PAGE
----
JEWELS OF FRENCH BALLET

Alto ALC 1386

Royal Opera House Orchestra conducted by John Lanchbery and Sir Georg Solti

Berlin and Vienna Philharmonic Orchestras conducted by Herbert von Karajan

Nearly 80 minutes of undiluted brilliance and great tunes at a super-budget price should be a sure lure to anyone who enjoys “light” music. From the outset, the brilliance of Decca’s 1960 recording of music by Offenbach in the effervescent and unauthentic version by Manuel Rosenthal for Gaieté Parisienne launches this reissue into orbit. Paris is awash with visitors for Le Grande Exposition, and Offenbach obliges with a succession of operettas from which Rosenthal took a selection to turn into a ballet in 1938. Sadly it would be not long before the sound of jackboots would be heard on Paris streets, but for a short while this reworked music brought to the fore the night clubs of the capital with characters relocated from Offenbach’s La Vie Parisienne.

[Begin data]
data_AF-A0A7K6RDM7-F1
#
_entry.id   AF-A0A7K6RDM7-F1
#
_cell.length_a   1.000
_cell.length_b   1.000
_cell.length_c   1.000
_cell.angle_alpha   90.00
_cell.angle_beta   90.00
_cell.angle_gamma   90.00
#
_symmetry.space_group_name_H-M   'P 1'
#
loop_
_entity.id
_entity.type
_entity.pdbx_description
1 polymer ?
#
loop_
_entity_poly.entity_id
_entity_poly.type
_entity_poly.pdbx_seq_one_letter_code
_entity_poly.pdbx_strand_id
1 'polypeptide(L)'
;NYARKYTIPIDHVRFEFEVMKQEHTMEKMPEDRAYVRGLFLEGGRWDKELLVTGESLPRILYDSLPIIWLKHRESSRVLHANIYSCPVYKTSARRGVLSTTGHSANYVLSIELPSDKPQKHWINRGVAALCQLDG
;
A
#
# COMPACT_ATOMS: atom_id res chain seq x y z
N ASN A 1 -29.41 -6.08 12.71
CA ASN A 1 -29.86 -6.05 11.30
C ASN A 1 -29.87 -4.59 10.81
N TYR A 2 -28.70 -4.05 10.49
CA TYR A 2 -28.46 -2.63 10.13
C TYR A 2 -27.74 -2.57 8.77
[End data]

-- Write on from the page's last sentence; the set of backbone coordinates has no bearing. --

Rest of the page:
What follows continues the love of French audiences for ballet with grande opéra requiring such interludes. Gounod supplied dance for Faust whilst John Lanchbery’s realization of tunes by Ferdinand Hérold for La fille mal gardée has provided the ballet repertoire with one of its great scores. All of this and more is to be heard in Jewels from the French ballet, and once again the verdict is that the Decca and Deutsche Grammophon engineers really knew how to place their microphones in the early 1960s for great stereo, re-mastered by Paul Auden-Taylor. The disc ends with Roy Douglas’s masterly orchestration of piano music by Chopin for a 1936 production of Les Sylphides  a fitting reminder of the debt so many composers owed this skilled orchestrator.

Chris Green

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